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Women recommended to freeze eggs

Antony Blackburn-Starza

Progress Educational Trust

12 September 2006

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[BioNews, London]

Two fertility experts have told the annual British Fertilisation Society (BFS) conference in Glasgow that women in their 30s should consider freezing their eggs if they wish to have children in the future. Dr Melanie Davis said the danger of decreased fertility and the 'well of suffering' faced by those who 'leave it too late' may be obscured by statistical figures indicating increased success rates of first births to the over-35s. For the first time, more women in their 30s are becoming pregnant compared to those in their 20s and women are increasingly delaying pregnancy despite clear dangers of decreased fertility, which is usually lost 8 to 1 0 years before the menopause. 'It is the age of the egg, not the age of the womb, which determines the miscarriage rate', said Dr Davies, who recommended that women in their 30s should consider freezing their egg. She highlighted that 'IVF is not a safe insurance policy for women over 40 who want to have their own children'.

Dr Gillian Lockwood, medical director of Midland Fertility Services, gave a lecture at the same conference outlining similar concerns. Dr Lockwood spoke of a 'Bridget Jones Generation of women who, although are generally aware of the difficulties and dangers of late pregnancy, are choosing to have children later in life for social reasons. Wanting to pursue a career, being more comfortable financially, or simply waiting for the right person to father their child, are among the reasons that women choose to delay pregnancy, she said. Dr Lockwood also said that women in their 30s and early 40s look and feel younger than their age but then presume to have the same reproductive choices. So called 'time expired eggs at 40 are linked to higher risks of Down?s syndrome and miscarriage. 'The message does not seem to be getting across, and society is not helping women to have children and a career', said Dr Lockwood.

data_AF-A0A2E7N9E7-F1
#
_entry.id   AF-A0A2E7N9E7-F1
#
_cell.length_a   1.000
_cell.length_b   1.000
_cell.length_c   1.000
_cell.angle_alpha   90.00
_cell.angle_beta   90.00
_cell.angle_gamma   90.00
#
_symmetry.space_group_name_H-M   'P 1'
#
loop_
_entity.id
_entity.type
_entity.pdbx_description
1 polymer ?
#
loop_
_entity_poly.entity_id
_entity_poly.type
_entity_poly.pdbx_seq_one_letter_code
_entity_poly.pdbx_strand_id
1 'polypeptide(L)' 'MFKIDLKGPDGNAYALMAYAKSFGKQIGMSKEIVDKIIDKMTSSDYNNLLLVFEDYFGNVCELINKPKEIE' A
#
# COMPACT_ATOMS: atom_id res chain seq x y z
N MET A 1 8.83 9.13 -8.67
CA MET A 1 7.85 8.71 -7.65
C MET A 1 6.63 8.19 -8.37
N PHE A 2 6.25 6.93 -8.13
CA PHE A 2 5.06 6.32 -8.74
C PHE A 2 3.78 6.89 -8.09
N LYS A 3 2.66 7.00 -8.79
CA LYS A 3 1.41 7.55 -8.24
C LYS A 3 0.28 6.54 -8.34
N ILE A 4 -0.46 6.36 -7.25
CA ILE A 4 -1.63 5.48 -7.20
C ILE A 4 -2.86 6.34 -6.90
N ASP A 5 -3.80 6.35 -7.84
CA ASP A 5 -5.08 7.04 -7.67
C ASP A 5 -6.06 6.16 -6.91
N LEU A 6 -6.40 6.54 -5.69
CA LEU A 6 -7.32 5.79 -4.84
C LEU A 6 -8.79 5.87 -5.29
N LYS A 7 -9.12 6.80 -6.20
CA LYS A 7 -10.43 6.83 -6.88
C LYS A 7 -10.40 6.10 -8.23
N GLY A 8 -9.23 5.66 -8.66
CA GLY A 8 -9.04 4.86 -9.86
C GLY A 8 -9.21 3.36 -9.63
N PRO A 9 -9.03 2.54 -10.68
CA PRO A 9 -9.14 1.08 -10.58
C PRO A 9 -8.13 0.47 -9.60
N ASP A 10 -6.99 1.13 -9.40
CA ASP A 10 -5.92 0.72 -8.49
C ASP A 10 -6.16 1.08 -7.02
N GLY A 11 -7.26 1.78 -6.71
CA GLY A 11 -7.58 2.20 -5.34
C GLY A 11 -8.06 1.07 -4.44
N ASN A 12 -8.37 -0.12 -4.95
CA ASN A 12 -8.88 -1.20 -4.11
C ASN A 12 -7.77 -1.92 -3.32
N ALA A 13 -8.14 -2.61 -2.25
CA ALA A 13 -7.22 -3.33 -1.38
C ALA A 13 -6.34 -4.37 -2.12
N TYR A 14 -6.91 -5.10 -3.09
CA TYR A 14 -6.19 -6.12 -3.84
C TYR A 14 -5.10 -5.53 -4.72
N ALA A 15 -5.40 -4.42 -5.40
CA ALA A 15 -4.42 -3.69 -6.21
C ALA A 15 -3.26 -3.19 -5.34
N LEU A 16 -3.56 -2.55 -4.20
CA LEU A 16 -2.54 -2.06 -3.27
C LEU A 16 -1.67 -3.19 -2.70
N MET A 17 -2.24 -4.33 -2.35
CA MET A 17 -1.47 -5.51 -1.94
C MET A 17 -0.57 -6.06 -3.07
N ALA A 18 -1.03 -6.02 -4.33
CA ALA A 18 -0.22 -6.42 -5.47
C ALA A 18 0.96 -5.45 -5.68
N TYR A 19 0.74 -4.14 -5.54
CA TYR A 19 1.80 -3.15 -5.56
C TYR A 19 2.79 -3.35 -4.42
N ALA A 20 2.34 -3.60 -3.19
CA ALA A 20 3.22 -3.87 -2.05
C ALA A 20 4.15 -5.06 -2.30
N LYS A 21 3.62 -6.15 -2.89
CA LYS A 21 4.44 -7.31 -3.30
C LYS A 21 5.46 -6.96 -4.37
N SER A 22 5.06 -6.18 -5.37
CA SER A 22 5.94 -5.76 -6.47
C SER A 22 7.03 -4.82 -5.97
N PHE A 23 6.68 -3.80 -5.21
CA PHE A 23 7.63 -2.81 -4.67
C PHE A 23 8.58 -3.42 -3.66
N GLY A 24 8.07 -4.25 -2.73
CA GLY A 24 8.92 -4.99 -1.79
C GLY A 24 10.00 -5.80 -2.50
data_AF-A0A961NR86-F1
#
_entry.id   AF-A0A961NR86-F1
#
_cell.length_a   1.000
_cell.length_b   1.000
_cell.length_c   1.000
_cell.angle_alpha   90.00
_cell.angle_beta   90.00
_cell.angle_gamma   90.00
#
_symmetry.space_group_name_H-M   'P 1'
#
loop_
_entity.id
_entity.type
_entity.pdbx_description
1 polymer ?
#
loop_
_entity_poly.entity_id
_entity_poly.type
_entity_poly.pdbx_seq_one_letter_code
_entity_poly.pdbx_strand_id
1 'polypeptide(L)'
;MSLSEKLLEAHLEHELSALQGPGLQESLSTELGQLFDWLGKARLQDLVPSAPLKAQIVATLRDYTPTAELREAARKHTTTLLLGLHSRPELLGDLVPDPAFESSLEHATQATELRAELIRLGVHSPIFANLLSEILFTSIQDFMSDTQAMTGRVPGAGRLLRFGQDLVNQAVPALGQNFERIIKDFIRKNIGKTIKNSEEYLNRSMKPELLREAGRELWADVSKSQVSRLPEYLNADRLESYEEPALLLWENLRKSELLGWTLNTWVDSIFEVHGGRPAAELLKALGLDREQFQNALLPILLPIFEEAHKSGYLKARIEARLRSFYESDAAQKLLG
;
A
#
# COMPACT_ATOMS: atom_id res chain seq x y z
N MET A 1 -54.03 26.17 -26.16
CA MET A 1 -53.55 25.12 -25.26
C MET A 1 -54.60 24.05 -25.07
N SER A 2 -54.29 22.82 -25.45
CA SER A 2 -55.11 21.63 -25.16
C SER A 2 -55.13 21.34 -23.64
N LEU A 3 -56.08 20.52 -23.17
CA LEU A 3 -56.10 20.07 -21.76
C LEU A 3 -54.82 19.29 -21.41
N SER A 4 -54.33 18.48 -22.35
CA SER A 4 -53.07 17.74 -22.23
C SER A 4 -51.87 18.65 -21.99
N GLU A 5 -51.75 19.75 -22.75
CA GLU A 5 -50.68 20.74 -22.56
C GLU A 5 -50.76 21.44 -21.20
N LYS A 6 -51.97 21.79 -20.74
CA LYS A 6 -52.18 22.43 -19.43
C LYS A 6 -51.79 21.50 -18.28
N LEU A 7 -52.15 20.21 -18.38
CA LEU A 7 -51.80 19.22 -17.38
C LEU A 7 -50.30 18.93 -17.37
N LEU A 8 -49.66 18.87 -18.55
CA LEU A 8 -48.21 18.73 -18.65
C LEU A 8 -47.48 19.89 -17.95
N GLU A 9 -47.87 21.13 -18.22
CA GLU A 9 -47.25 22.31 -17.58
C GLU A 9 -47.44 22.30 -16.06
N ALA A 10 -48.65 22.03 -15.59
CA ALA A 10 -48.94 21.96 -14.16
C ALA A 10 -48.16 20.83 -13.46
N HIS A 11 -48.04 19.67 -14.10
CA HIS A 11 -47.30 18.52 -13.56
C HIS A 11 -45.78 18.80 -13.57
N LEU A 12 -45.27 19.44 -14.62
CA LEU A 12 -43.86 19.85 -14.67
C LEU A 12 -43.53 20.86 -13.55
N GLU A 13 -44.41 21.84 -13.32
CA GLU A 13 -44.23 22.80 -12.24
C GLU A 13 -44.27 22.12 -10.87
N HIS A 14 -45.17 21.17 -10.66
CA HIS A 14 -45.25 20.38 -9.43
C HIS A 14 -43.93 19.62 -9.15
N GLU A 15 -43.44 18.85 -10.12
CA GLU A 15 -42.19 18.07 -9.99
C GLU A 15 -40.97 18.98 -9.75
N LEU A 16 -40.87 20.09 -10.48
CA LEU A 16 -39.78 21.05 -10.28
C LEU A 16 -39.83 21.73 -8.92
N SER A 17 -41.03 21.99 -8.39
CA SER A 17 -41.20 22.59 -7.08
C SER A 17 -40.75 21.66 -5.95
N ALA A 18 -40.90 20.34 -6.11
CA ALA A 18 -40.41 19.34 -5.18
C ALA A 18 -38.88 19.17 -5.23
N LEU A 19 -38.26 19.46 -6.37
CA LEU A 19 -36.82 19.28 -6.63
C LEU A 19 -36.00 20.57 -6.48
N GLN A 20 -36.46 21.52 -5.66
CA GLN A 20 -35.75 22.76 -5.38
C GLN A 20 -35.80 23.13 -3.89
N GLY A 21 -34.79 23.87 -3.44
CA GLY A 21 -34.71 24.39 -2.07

Dr Davies and Dr Lockwood both carefully stress that freezing eggs does not carry a guaranteed success rate. 'I don?t want to encourage women who could have a family at the normal time not to do so because they think egg freezing will be an alternative', said Dr Lockwood. The Royal College of Obstetricians and Gynaecologists agreed, saying that whilst women should be aware of all the options, having babies earlier remained the best option. Other responses were less accepting of the process. Josephine Quintavalle, from Comment on Reproductive Ethics, said that cyropreservation was 'an absurd solution to society's problems' and that women should be encouraged to find 'Mr Right' earlier rather than later.

Frozen eggs cost on average ?100 a year to store and the procedure to obtain the eggs costs around ?2000. The Human Fertilisation and Embryology Authority (HFEA) lists 32 clinics in the UK that are licensed to extract and store eggs but say only 10 offer the full service. Between 1999 and 2004, 185 women stored their eggs in the UK, resulting in three pregnancies and four babies. In theory, eggs can be stored indefinitely, but the HFEA has set a 10-year storage limit in the UK. The quality of an egg frozen for many years cannot yet be ensured.

Scientists predict egg preservation will become commonplace in the future, and will become as fast and easy as sperm storage. In Japan, scientists have developed a new technique for freezing eggs which means 95 per cent will survive thawing. This is a vast increase on the current success rate of around 75 per cent.

However, Richard Kennedy, spokesman for the BFS, has hit back saying that women should not be encouraged to freeze their eggs because the procedure has a poor success rate. Mr Kennedy said, 'It is not the view of the BFS to encourage egg freezing for social reasons'. Other fertility experts have warned that freezing eggs for social reasons may take away from other areas of IVF. Mr Gbolade, a consultant gynaecologist at St James' University Hospital Leeds, said that, 'Why should people who postpone pregnancy for lifestyle reasons use resources that should be directed to solving the problems of other women who cannot have children?'

In related news, a new study claims that older mothers who have IVF-conceived children are more likely to suffer from depression than younger women who have undergone the treatment are. Dr Jacky Boivin, who co-authored the study, said that it looked at how pregnancies in older women impacted the family environment and the child's well being. The findings were presented also at the BFS conference last Thursday.



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Reproduced with permission from BioNews, an email and online sources of news, information and comment on assisted reproduction and genetics.

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Date Added: 12 September 2006   Date Updated: 12 September 2006
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